If this was a normal TV or monitor, I’d probably just comment on how the sound lacks bass, and that you should just use headphones or invest in a decent soundbar or separates. This isn’t a normal screen, though. Philips have fitted the Momentum 558M1RY with an integrated Bowers & Wilkins soundbar, and it’s pretty damn good.
If you aren’t aware, Bowers & Wilkins are acclaimed British manufacturers of high-end audio devices, with a history of stunning acoustics going back to the ‘60s.
The 2.1 channel DTS soundbar comprises two tweeters, two 10 W mid-high speakers and a 20 W woofer, for a total output of 40 W (RMS). It may not sound like a lot, but the audio they produce is remarkable and more than adequate for most living rooms. Bass is punchy and full, whilst the mid to high ranges are clean, performing well even at low volumes. I’d have liked to see some way of connecting an external sub, but the integrated woofer does such a good job that for most people it won’t even be a consideration.
Because of the width of the display, the soundbar has plenty of room to spread out the speakers, and this has resulted in an impressive soundstage, with great width and stereo separation. When so many monitors and even TVs have such poor performing integrated speakers, the Bowers & Wilkins soundbar is a very welcome addition.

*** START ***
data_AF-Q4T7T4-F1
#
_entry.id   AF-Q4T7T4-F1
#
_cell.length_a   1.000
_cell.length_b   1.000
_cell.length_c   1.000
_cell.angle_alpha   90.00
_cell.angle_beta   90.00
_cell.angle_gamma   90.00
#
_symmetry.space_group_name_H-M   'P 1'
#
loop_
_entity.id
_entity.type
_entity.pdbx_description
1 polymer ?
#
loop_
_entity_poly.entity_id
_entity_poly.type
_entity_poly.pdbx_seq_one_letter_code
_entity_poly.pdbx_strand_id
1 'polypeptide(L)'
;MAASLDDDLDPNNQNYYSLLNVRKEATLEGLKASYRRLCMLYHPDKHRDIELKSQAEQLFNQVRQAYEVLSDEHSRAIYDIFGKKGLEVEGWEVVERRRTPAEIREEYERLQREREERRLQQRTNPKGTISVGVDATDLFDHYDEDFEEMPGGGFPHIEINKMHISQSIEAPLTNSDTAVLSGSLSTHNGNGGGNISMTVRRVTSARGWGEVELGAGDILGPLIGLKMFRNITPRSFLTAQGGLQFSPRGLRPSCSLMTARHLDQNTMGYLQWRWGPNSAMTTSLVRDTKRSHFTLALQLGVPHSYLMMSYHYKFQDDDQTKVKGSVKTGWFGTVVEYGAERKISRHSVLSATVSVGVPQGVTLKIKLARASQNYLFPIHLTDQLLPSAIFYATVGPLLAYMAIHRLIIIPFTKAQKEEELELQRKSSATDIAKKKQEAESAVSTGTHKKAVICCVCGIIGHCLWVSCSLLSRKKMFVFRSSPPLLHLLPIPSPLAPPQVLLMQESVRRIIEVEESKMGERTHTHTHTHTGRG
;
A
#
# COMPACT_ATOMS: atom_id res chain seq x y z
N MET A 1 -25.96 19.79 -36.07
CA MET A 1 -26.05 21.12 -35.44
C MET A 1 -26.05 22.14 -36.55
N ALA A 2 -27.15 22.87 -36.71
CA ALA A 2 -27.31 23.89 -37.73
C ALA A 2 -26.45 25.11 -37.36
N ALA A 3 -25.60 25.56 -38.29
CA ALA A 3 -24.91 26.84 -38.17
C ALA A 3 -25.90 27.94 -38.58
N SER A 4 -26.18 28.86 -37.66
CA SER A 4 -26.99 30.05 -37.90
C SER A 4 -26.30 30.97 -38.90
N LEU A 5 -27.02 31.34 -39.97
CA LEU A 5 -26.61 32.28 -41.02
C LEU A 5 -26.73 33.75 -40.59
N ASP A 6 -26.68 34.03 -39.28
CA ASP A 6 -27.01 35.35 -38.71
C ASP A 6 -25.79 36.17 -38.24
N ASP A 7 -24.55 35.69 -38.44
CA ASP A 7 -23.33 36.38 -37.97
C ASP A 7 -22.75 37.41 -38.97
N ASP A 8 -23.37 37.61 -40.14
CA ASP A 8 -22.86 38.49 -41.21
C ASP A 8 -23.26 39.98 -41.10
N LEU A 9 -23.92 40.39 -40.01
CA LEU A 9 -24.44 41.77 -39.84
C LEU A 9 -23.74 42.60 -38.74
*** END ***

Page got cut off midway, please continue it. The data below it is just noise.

There’s a comprehensive lineup of ports on the 558M1RY. 1 x 3.5mm headphone output, 3 x HDMI 2.0, 1 x DisplayPort 1.4. 1 USB-B upstream (to connect to your PC), and 4 x USB 3.2 downstream ports for connecting peripherals (including two fast charge B.C 1.2). There’s more than enough here to satisfy most users’ needs, with space for multiple consoles, a cable or satellite box and even a DP equipped PC, too.
The display is basically a giant monitor, so there is no integrated TV tuner (Freeview or Freesat in the UK), but it’s perfectly possible to plug in the HDMI from most popular cable and satellite providers’ set-top boxes. The same goes for Blu-Ray players or any other HDMI equipped devices. As long as you aren’t reliant on integrated TV services or apps (which most consoles handle very well anyway), the Momentum works well as a replacement for your main screen.
My main console (Xbox One X) serves as the all-in-one media device that Microsoft intended, and we watch all our digital content, Blu-Ray discs and catch-up TV on it. Now that Xbox has started introducing HDR calibration, Netflix and Amazon Prime Video HDR works properly, and the picture quality is breathtakingly good. The Momentum 558M1RY is a great replacement for our TV, and if anything, it’s much better than a TV. You get superior gaming performance, as well as excellent SDR picture quality and HDR10+ support.
When one screen isn’t enough
The Philips Momentum 558M1RY has multiple source PIP/PBP modes (MultiView) that provide useful functionality.